Zinc is an essential trace mineral that plays a role in over a hundred enzymatic reactions in the body. It functions to protect against oxidative damage, helps with wound healing, makes DNA and helps with the formation of hemoglobin.
Zinc deficiency symptoms include frequent colds, leaky gut, consistent diarrhea, poor vision, infertility, thinning hair, stunted growth in children and slow healing wounds.
People most at risk for a deficiency in zinc include:
- Vegetarians and vegans
- Pregnant women
- Endurance athletes
- People with gastrointestinal diseases
- Those who over-consume iron supplements
- People taking diuretic medications
The RDA for zinc is 11 mg/day for men and 8 mg/day for women. The Daily Value is 15 mg. If you are zinc deficient, animal foods are better sources than plant foods like vegetables.
Luckily, if you are a vegetarian, there are still high zinc foods that can fit into your diet. Foods like chickpeas and pumpkin seeds provide zinc for the body even though they are not animal byproducts. Check out this complete list of the top 10 high zinc foods:
Top 10 High Zinc Foods
1) Grass-fed Beef
3 oz: 4.9 mg (33% DV)
2) Kefir or Yogurt
1 cup: 2.2 mg (15% DV)
4 oz: 4.6 mg (30% DV)
4) Chickpeas (Garbanzo beans)
1 cup: 6.86 mg (46% DV)
5) Pumpkin seeds
¼ cup: 2.5 mg (17% DV)
1 oz: 1.6 mg (10% DV)
7) Cocoa powder
1 Tbsp: 0.3 mg (2% DV)
3 oz: 2.25 mg (15% DV)
1 cup: 1.4 mg (9% DV)
1 cup: 1.4 mg (9% DV)
Consume 2-3 servings of these zinc food sources daily to support optimal levels.
Top Health Benefits of Zinc
Zinc is needed to covert vitamin A into its active form in order for vision to occur. Adequate intake of zinc rich foods can help improve night vision. People treated with supplemental zinc, are 80% less likely to develop age-related macular degeneration, a leading cause of blindness.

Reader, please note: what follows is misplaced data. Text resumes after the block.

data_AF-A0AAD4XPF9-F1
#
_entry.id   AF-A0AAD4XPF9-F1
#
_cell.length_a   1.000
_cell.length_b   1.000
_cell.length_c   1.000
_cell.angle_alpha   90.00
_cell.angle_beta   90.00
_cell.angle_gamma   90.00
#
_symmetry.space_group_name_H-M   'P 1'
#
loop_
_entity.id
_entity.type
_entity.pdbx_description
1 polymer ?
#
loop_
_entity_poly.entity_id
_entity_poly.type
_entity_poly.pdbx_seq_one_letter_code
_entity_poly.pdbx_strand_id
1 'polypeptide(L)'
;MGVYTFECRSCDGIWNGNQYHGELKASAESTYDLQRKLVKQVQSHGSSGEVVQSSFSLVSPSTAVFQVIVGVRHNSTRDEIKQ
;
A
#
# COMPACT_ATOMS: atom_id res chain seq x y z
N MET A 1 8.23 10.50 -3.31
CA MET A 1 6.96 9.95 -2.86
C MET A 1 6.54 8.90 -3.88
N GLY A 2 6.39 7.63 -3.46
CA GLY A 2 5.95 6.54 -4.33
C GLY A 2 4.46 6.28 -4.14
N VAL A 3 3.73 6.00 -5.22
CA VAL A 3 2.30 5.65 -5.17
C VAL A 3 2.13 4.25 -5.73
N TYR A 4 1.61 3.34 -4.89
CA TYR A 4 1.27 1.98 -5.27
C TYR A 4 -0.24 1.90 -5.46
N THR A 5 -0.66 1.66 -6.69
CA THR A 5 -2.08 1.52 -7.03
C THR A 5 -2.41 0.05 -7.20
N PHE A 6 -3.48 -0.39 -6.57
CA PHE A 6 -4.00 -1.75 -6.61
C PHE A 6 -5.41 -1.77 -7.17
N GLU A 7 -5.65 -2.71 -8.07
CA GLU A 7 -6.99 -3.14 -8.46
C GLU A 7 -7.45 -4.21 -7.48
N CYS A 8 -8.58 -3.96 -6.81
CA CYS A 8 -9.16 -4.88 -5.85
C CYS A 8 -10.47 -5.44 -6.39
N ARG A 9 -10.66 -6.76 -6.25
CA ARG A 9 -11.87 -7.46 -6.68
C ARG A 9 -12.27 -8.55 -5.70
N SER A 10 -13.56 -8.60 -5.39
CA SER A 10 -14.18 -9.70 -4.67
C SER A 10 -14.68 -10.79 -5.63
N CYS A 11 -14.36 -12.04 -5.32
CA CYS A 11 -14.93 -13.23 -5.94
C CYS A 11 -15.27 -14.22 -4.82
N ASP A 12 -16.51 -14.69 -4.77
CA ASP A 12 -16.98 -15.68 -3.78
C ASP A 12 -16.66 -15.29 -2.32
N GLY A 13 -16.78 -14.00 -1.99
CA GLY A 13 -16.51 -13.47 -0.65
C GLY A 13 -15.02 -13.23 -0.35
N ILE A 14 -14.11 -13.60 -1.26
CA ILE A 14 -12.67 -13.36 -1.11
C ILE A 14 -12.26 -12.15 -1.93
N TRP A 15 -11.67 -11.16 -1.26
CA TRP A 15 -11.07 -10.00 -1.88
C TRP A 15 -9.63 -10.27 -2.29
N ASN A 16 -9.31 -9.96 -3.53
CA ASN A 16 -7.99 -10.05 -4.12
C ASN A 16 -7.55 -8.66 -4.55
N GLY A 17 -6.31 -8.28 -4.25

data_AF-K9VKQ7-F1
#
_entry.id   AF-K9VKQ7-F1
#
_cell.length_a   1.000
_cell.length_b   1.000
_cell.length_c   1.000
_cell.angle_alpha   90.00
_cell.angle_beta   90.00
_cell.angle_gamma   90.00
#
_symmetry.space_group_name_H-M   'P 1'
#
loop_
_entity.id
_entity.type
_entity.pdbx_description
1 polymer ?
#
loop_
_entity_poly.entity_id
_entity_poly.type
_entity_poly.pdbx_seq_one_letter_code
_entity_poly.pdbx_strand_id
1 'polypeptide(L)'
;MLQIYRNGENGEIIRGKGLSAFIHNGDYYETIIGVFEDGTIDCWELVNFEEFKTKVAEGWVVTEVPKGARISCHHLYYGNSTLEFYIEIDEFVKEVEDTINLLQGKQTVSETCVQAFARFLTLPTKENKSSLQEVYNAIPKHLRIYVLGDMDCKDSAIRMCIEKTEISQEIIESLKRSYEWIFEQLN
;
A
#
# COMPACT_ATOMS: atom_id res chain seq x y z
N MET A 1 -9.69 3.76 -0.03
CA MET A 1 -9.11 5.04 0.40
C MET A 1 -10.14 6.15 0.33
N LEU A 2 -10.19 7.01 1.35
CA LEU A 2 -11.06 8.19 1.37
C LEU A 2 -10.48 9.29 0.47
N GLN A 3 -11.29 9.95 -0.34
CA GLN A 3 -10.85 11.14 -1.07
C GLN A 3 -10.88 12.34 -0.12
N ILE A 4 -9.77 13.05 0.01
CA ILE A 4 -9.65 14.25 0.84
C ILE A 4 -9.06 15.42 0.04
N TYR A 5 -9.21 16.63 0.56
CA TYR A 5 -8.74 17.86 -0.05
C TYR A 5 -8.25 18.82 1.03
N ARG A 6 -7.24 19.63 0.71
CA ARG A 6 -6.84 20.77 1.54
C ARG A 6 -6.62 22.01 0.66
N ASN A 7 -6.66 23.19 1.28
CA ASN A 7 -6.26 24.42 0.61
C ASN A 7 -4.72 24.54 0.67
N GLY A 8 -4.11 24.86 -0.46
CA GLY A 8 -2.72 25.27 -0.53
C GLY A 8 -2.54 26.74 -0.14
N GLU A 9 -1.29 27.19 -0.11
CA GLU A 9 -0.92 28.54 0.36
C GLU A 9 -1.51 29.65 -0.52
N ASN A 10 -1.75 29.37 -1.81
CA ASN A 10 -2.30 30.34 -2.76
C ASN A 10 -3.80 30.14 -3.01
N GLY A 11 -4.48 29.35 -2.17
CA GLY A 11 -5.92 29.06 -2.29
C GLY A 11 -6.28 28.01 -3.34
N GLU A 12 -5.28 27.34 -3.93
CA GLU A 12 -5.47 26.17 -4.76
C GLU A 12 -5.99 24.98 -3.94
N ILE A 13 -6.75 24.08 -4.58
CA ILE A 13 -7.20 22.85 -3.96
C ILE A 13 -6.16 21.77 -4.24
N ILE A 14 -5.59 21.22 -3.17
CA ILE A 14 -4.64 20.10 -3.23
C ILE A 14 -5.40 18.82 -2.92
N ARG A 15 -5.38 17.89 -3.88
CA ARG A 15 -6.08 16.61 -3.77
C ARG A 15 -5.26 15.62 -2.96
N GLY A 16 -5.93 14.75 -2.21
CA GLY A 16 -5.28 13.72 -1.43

Zinc For Colds and Immune Function
The body needs zinc to activate T-cells, which are critical for proper immune function. The role that zinc plays in DNA replication also helps the immune system make new cells when they are needed. People who are deficient in zinc tend to be more susceptible to a variety of illnesses.
Zinc for Acne and Wound Healing
Zinc benefits the integrity of the skin. People who have actively healing wounds tend have low levels of zinc and therefore may need supplementation. If you have any type of burn, cut, or injury, consider increasing your intake of high zinc foods to promote healing.
This also relates to acne because zinc supports a healthy digestive tract which affects the skin.
Zinc for Male Reproductive Health
Advanced deficiency of zinc can impair motility and number of sperm. In one study, men ate a diet with only 10% of the Daily Value requirement (15 milligrams) for a little over a month. Researchers measured sperm quality and quantity before and after the zinc-deficient diet. This study demonstrated that even brief periods of severe zinc deficiency can lead to a decrease in sperm quality and quantity.
Also, zinc plays a role male prostate health and may even prevent prostate cancer. As you can see, foods high in zinc can have a significant impact on your health.